Published November 17, 2014
Former Soviet leader Mikhail Gorbachev on Wednesday criticized the government for taking Russia backward and said that the nation needs free elections and fresh leadership.
Gorbachev was speaking ahead of the 20th anniversary of Aug. 19, 1991, hardline coup that briefly ousted him and precipitated the collapse of the Soviet Union.
Gorbachev criticized the United Russia party led by Prime Minister Vladimir Putin, which he described as a bad copy of the Soviet Communist Party.
He said Russia needs to restore direct elections of governors and single-ballot elections to the parliament, which were abolished during Putin's presidency.
"Honest elections are needed: single-ballot elections, elections of governors," Gorbachev said. "People must have a feeling that something depends on them."
He dismissed the Popular Front, an umbrella group of public organizations, professional associations and unions created with Putin's blessing.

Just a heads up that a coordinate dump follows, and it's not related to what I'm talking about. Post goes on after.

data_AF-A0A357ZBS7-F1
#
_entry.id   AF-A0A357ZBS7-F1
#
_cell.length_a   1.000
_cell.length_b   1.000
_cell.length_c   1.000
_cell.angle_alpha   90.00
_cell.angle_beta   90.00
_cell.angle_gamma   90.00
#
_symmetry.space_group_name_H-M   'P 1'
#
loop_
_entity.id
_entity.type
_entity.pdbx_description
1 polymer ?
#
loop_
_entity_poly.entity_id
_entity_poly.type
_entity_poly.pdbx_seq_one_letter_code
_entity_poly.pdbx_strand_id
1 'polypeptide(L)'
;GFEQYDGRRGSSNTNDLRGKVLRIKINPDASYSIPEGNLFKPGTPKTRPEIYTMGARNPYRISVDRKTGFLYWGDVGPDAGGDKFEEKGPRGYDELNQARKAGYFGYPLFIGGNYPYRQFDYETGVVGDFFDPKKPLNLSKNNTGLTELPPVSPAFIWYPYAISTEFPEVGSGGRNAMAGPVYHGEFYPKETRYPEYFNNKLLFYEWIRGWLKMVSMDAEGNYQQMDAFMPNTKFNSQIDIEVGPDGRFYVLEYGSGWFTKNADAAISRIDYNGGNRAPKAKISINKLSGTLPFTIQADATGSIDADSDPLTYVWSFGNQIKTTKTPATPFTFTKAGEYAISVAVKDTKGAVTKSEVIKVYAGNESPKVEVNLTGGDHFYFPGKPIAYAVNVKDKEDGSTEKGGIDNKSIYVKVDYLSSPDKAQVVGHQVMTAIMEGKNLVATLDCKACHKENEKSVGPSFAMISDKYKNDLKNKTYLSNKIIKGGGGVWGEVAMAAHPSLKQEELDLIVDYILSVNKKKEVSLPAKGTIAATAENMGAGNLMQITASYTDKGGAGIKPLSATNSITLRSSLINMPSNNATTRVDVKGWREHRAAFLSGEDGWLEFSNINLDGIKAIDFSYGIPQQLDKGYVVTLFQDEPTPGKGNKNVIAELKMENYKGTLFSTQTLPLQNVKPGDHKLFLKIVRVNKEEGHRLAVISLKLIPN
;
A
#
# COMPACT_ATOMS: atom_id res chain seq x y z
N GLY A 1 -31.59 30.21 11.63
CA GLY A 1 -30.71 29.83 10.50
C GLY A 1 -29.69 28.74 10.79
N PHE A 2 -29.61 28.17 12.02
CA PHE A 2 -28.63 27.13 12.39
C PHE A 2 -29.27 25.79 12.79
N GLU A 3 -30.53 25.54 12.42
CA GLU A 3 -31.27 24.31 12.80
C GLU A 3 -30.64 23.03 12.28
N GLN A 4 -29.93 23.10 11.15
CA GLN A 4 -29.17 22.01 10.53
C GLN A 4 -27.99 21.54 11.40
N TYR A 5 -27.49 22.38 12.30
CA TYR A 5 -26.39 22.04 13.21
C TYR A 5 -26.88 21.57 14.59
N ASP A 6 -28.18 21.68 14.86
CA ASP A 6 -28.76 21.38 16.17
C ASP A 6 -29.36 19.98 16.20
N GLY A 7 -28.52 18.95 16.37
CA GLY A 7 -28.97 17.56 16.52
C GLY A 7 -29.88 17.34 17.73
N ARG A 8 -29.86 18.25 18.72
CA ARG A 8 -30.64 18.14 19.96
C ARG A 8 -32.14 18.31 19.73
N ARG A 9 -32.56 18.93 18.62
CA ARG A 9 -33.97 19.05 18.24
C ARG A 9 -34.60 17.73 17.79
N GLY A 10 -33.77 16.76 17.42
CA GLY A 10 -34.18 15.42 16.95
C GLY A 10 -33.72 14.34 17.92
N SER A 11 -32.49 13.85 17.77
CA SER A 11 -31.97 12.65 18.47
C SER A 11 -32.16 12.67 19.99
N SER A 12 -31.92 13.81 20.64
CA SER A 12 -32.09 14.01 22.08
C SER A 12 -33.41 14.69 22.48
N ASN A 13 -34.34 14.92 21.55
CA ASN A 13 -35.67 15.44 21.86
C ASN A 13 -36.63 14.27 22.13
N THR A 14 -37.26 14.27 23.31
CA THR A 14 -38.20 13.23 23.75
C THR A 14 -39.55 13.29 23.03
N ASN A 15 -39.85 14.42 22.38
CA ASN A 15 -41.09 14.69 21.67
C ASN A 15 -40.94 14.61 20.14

"They invent some unnecessary groups, some fronts," Gorbachev said, adding that government spin doctors might just as well invent something like "10 Putin Strikes" — a sardonic reference to "10 Stalin Strikes," a term used by Soviet propaganda to describe the Red Army's offensives during World War II.
The front's creation has been seen as an attempt by Putin to strengthen his support base ahead of parliamentary elections in December and a presidential vote in March.
Putin, who shifted into the prime minister's job in 2008 because of a two-term constitutional limit, is widely expected to reclaim the presidency.
Gorbachev avoided personal criticism of Putin, saying that he deserves credit for stabilizing the country after the economic meltdown and chaos of the first post-Soviet decade. A the same time, he harshly criticized the system of government created by Putin, saying that manipulations of elections had pushed the country back.
"There must be a change in the upper layer of government," he said.